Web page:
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Re: Kill Power vs. Clean Shutdown

poweroff -f handles the syncing of the filesystems, should they be unmounted. -f ignores all of the init.d scripts, but does not ignore flushing of any filesystems that may be mounted. ( -n does that ). I'm not sure if it will mark filesystems as 'unmounted', but I believe it should (unless someone informs me otherwise), at the very least, mark the filesystems as 'clean'.

Shane Geiger wrote:

This makes little sense on a Live CD, and it takes too much time. You could power off the machine, but what happens if you forget to unmount something? The safe way to quickly shut down a live CD-booted machine or one running from the hard drive is to use the magic sysrq functionality (if it's in your kernel).

On a laptop, I often use alt-sysrq (since I don't have any network services running from it or any databases). You can also use alt-sysrq on a machine that has frozen--it's a much safer alternative to cutting the power to the machine.

source: http://linuxreviews.org/news/2004-06-11_kernel_crash/index.html#toc1

If you enabled Magic SysRq (CONFIG_MAGIC_SYSRQ=y, found in make menuconfig at Kernel hacking -> Kernel debugging -> Magic SysRq key) in your kernel you can cleanly reboot if evil freezes your system with the following keyboard combination:

  1. Alt-SysRq-R (keyboard in raw mode)
  2. Alt-SysRq-S (save unsaved data to disk)
  3. Alt-SysRq-E (send termination signal)
  4. Alt-SysRq-I (send kill signal)
  5. Alt-SysRq-U (remount all mounted file systems)
  6. Alt-SysRq-B (reboots the system)

source: http://aplawrence.com/Words2005/2005_04_13.html

Alt+SysRq+e - try to nicely kill processes
(wait a little bit here)
Alt+SysRq+i - no more mister nice guy
Alt+SysRq+s - sync the disk
Alt+SysRq+u - unmount disks
(wait a bit here, too)
Alt+SysRq+b - reboot

It's better to Sync AFTER killing your processes, just before unmounting the filesystems, so a safter sequence would be E-I-S-U-B. And you can even have fun with the acronym; "Everything Is Super, Uncle Ben!"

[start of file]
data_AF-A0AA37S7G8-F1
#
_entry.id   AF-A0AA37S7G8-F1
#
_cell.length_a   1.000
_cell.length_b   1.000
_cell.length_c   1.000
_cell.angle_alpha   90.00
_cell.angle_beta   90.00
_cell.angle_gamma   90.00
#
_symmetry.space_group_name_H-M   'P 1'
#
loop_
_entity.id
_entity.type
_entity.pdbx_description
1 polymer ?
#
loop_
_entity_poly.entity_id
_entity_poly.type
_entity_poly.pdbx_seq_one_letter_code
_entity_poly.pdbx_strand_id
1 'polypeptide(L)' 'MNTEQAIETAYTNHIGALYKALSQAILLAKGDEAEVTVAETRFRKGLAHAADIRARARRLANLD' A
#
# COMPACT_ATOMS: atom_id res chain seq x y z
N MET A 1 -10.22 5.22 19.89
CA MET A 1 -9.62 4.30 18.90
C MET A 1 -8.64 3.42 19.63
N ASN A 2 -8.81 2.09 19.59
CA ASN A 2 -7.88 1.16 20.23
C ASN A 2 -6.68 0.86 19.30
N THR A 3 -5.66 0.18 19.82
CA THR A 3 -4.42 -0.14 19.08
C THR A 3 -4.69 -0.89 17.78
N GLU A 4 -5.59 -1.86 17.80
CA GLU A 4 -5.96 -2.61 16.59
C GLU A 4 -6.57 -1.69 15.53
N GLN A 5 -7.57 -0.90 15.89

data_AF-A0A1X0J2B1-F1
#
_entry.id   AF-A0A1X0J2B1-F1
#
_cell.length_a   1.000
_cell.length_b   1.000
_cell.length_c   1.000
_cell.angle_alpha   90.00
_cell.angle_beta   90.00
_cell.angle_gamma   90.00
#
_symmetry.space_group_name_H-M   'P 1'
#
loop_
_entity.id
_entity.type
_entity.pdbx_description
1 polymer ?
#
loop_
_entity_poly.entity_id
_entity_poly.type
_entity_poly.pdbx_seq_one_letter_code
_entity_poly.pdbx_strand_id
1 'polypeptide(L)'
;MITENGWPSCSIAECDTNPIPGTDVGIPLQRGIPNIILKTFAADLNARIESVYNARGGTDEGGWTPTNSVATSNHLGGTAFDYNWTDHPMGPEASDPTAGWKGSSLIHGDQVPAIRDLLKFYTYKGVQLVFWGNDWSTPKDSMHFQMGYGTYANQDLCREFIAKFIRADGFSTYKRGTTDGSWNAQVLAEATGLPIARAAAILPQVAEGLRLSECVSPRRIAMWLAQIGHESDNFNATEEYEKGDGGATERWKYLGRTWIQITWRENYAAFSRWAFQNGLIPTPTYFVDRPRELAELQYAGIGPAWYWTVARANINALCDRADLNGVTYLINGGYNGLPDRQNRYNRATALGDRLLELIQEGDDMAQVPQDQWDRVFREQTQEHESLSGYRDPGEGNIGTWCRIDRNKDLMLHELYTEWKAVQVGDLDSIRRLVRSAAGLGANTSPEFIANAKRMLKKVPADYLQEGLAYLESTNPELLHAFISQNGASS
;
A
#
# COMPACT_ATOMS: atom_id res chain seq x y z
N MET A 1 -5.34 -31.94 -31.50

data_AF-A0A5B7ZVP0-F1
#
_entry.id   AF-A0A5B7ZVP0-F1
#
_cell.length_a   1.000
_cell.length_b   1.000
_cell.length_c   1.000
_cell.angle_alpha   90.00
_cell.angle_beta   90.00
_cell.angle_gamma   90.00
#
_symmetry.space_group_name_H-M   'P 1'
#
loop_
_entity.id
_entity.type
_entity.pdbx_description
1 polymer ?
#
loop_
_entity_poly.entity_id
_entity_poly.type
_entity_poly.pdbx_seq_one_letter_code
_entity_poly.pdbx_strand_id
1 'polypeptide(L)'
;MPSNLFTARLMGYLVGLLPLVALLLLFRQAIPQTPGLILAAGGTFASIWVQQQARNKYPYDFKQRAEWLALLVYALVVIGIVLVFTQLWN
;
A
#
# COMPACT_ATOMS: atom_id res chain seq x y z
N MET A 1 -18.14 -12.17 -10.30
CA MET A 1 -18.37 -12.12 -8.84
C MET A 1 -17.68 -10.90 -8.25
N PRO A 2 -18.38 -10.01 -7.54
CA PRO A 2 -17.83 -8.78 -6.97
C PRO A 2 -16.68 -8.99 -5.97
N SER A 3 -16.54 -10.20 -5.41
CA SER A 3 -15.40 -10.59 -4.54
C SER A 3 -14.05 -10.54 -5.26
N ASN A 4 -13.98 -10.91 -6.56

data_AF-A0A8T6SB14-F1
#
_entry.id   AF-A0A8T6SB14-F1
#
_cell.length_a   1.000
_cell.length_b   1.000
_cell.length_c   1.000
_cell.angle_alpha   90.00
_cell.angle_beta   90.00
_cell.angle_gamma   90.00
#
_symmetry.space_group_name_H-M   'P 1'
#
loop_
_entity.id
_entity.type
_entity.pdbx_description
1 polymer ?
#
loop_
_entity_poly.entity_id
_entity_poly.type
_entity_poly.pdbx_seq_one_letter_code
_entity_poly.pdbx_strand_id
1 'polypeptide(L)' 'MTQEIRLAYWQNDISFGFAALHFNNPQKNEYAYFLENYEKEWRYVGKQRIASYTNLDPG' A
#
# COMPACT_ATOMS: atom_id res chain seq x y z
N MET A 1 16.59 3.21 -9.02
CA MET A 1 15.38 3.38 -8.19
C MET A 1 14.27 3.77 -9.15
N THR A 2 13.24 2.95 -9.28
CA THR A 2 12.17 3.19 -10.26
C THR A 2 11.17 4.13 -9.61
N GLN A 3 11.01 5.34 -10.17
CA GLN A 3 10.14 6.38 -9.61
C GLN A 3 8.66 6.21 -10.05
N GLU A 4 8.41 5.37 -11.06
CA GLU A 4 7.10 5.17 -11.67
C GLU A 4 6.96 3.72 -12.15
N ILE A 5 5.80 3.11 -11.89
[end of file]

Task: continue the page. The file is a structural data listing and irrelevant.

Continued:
If you find that holding three keys is difficult, you do have some other choices. You can trigger it manually:

echo t > /proc/sysrq-trigger

Or, you can make the Alt-SysRq "sticky" by:

echo 1 > sysrq-sticky

With that done, you can hold Alt-SysRq, release it, and then leisurely press "t" or whatever key you wanted.

You could also change the SysRq itself in /proc/sys/kernel/sysrq-key (it's normally 84 - Alt-SysRq for Intel).


If you are trying to do this sort of thing from a script, you can do something like this:

sudo su -c 'echo e > /proc/sysrq-trigger; sleep 3; echo i > /proc/sysrq-trigger; echo s > /proc/sysrq-trigger; echo u > /proc/sysrq-trigger; sleep 3; echo b > /proc/sysrq-trigger'

# Note: I'm not sure why the sleep statements are needed. But, rest assured, this gets the job done.

Stephen Samuel wrote:
Depends on whether or not you have swap. If you do, there is a SMALL possibility that you could power down during a write to the swap artition and that you would get a spurious write that could trash the partition data -- or even real data.

I usually use ''poweroff -f' It takes all of about 3-10 seconds with Knoppix 5.0.1, and ensures that there
are no spurious writes.

Tim Ross wrote:
If you're running the Live CD and don't have any external devices mounted, can you power the machine down with the on/off button rather than do a clean shutdown without hurting anything?

Since we're dealing with a RAM disk, I'd think nothing would get "hurt" by killing the power (and it would be faster)...

Stephen Samuel +1(778)861-7641             samnospam@bcgreen.com
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